Directors' Guide to Storm Water Quality

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Directors' Guide to Storm Water Quality

  1. 1. Adam Frey Storm Water Solutions, LP
  2. 3. June 22, 1969
  3. 4. <ul><li>The CWA established the NPDES along with two major goals: </li></ul><ul><ul><li>Water quality that is both “fishable” and “swimmable” by 1983 </li></ul></ul><ul><ul><li>Zero discharge of pollutants by 1985 </li></ul></ul><ul><li>Regulated combined sewer systems, industrial waste water, and animal feed lots. </li></ul><ul><li>The EPA originally exempted storm water from regulation by defining it as non-point source pollution. </li></ul>
  4. 5. <ul><li>By 1987, the CWA was amended to define storm water as a point source pollution. </li></ul><ul><li>Urban runoff is considered the largest source of storm water pollution. </li></ul><ul><li>The current EPA permitting programs do not distinguish untreated sewage from urban storm water runoff. </li></ul>
  5. 6. <ul><li>Common Pollutants in Waste Water </li></ul><ul><li>Common Pollutants in Storm Water </li></ul><ul><li>Nutrients </li></ul><ul><li>Bacteria/Pathogens </li></ul><ul><ul><li>E-Coli </li></ul></ul><ul><li>Emulsions </li></ul><ul><ul><li>Hair Colorant, Adhesive… </li></ul></ul><ul><li>Toxins </li></ul><ul><ul><li>Poisons, Medicine… </li></ul></ul><ul><li>Inorganics </li></ul><ul><ul><li>Sand, Grit… </li></ul></ul><ul><li>Nutrients </li></ul><ul><li>Bacteria/Pathogens </li></ul><ul><ul><li>E-Coli </li></ul></ul><ul><li>Emulsions </li></ul><ul><ul><li>Paint, Oils… </li></ul></ul><ul><li>Toxins </li></ul><ul><ul><li>Pesticides, Herbicides… </li></ul></ul><ul><li>Inorganics </li></ul><ul><ul><li>Sediment, Metals… </li></ul></ul>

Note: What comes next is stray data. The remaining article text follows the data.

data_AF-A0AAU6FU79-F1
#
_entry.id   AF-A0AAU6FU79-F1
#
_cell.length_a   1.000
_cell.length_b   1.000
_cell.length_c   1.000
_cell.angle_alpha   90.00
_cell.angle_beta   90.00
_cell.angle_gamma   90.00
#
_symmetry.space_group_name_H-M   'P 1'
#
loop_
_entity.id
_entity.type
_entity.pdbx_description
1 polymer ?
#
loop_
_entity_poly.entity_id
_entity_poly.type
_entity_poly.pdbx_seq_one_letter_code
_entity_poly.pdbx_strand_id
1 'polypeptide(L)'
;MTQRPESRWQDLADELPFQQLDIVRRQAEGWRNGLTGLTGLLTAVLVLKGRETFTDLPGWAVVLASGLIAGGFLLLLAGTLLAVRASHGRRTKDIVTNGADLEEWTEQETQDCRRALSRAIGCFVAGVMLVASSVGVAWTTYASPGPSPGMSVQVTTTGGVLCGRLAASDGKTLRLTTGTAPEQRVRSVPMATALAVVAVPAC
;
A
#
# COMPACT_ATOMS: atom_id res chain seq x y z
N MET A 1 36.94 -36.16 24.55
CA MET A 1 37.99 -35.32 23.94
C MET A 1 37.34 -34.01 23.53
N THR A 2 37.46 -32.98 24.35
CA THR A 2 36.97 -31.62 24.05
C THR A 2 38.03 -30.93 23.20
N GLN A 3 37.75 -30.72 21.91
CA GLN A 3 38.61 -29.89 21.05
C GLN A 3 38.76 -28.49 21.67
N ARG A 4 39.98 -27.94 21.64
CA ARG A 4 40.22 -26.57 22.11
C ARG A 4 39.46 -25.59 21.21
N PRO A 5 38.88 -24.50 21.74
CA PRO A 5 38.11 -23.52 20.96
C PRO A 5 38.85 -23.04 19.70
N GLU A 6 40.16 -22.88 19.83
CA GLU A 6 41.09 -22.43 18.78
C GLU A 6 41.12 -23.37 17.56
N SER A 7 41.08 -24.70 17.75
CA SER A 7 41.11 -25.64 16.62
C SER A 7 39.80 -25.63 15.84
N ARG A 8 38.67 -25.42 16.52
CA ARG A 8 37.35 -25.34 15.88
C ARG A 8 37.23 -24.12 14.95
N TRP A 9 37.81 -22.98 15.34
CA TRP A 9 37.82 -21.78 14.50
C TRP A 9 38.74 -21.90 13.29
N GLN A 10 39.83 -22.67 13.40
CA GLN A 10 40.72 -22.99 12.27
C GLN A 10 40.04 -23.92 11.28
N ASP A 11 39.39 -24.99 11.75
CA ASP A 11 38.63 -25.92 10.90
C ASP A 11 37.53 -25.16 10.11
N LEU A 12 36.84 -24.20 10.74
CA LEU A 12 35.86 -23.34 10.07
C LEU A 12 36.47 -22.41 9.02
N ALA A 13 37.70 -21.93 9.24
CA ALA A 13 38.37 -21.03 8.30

6. 7. <ul><li>Waste Water Outfall </li></ul><ul><li>Storm Water Outfall </li></ul>